Visit a few online aggregators to compare costs and read reviews, but don’t rely solely on them. Sometimes there are limited time offers that aren’t on third-party sites. Once you have a price in mind, contact the hotel directly—they might beat the pricing—and others may match any listing. Ask about the lowest non-refundable rate and if there are deals & discounts not listed elsewhere.

Find the discounts

Look for coupon codes for both the hotel and travel service sites. If you’re a member of AAA, AARP or the military, there’s a good chance you’ll score a cheaper room. Some businesses have loyalty programs that deliver discounts just for signing up. And ask about free upgrades when you arrive, especially if it’s your birthday, anniversary or honeymoon.

Additionally, America First can give you a break just for using your Visa® card—activate ABC Deals® and get 10% off at select hotels. Plus, with our Visa rewards program, you’ll earn points for every dollar you spend, then redeem them at hotels.

Try something different

Seek unconventional options, such as bed & breakfasts or hostels, to save big bucks. If you’re traveling with a large group, rent a vacation home near your destination and split the cost. If you have an in-room kitchen, cooking instead of eating out will lower your budget significantly. And, finally, if you want the cheapest break available, send the kids to their grandparents’ and spend the evening alone together in your own, now quieter & calmer home.


What to do Right After a Car Accident

No matter how safe you’re driving, you can’t control anyone else on the road, which means you may still get into an accident. When that time comes, knowing what to do can save you time, money, even additional injuries. Here’s how to proceed immediately after a collision:

Step 1: Secure the scene

First, don’t leave. Fleeing the scene is a crime and will only get you in more trouble. Move your vehicle to a safe area, such as on the shoulder of the road or a parking lot. If your car is immovable, turn on the hazard lights and stay out of traffic as much as possible. Check everyone involved. If people are seriously injured but not in immediate danger, don’t move them until paramedics arrive—you don’t want to cause further damage.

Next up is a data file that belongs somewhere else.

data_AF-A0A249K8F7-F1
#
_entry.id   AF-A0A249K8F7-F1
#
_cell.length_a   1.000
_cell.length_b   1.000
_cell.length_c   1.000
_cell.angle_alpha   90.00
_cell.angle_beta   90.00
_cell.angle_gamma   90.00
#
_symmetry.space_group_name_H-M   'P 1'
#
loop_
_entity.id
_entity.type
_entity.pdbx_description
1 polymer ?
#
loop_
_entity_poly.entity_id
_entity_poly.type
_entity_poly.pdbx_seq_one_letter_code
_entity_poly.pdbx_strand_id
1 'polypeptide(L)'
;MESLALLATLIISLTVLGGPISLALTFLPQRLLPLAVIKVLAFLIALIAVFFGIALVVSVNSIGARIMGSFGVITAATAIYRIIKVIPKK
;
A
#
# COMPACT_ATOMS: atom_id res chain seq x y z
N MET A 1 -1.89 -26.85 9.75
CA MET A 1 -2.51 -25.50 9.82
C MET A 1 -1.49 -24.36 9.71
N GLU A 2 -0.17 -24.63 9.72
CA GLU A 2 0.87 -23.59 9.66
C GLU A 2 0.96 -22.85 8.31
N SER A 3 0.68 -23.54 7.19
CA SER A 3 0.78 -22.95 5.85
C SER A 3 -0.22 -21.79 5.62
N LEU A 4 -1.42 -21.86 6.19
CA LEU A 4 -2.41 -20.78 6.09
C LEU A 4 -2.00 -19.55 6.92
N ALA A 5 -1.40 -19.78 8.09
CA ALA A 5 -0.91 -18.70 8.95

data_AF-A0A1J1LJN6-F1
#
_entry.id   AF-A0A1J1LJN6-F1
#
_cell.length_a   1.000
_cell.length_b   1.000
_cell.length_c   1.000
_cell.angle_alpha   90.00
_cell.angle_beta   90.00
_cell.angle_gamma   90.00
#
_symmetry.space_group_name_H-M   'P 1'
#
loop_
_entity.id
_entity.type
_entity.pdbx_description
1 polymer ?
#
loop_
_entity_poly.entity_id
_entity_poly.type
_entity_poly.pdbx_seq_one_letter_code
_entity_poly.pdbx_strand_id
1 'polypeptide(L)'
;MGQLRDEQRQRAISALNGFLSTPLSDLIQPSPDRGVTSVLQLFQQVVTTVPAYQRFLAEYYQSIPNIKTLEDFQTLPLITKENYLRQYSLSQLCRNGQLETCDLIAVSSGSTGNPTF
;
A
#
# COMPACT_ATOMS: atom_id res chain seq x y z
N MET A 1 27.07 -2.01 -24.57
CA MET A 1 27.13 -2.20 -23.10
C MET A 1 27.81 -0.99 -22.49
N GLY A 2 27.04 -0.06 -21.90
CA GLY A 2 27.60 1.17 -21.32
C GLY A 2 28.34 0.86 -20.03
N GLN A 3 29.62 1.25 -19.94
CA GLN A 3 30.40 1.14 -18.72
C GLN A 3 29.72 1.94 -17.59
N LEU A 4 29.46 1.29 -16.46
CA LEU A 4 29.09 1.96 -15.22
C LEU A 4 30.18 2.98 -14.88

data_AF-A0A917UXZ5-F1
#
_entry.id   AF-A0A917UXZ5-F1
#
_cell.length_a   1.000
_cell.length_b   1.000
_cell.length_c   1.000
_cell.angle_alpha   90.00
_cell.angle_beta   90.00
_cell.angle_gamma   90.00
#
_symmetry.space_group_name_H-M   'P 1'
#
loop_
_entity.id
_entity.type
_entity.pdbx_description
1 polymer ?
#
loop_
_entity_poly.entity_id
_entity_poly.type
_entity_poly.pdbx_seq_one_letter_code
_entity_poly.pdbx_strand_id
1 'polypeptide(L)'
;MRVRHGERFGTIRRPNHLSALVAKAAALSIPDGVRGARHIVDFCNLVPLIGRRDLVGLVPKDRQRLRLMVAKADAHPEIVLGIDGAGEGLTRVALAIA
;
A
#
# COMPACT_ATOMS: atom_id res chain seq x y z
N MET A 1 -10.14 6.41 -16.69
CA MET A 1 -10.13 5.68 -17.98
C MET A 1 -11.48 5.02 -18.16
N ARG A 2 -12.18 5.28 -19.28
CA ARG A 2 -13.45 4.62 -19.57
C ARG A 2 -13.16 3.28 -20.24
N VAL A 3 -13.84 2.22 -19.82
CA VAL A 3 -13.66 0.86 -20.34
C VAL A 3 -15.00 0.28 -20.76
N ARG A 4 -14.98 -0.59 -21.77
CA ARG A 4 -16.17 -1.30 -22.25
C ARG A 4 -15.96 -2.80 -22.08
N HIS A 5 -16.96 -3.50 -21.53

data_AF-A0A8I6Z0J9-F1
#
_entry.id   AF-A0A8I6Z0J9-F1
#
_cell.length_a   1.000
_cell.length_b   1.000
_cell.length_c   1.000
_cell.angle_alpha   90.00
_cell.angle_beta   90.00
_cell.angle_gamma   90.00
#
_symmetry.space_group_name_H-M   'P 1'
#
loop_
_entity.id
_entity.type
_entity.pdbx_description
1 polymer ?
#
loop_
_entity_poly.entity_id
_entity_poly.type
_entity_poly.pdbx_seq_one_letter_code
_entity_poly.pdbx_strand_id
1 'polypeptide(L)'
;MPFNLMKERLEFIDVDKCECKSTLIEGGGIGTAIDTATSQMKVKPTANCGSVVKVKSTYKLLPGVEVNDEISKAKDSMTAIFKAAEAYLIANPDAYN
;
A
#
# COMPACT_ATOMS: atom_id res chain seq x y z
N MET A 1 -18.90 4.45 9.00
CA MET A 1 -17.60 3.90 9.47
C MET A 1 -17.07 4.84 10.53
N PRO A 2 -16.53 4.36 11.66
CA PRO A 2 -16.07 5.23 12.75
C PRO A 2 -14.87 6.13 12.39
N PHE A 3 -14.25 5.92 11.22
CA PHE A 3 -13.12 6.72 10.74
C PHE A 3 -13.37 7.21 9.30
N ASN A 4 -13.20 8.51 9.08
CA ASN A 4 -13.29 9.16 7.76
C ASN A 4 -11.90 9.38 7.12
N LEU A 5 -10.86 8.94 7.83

Step 2: Carefully communicate

If there are injuries, call 911 immediately. Even if no one is hurt, you should still contact the police, making sure proper protocol is followed. Plus, their report is helpful if you decide to file an insurance claim. If the incident is minor enough that officers aren’t dispatched, you can still file your own accident report with the police department or DMV. As you wait for the authorities to arrive, exchange information, including:

  • Names
  • Insurance companies & policy numbers
  • Vehicle makes & models
  • License plate numbers
  • Eyewitness contact information

You should also take note of the responding officer’s name and badge number. You can even take pictures that capture this information instead of writing it down. Also, as you’re talking about the accident, don’t admit fault. This may feel strange—especially if you think you are the one who caused it—but there is a process for determining who’s responsible & the professionals should make that call. For example, you may have been looking at your phone when you hit the other vehicle, but after the cops speak with a witness, they could discover that the other driver ran a red light. Don’t rush to judgment, just state the facts.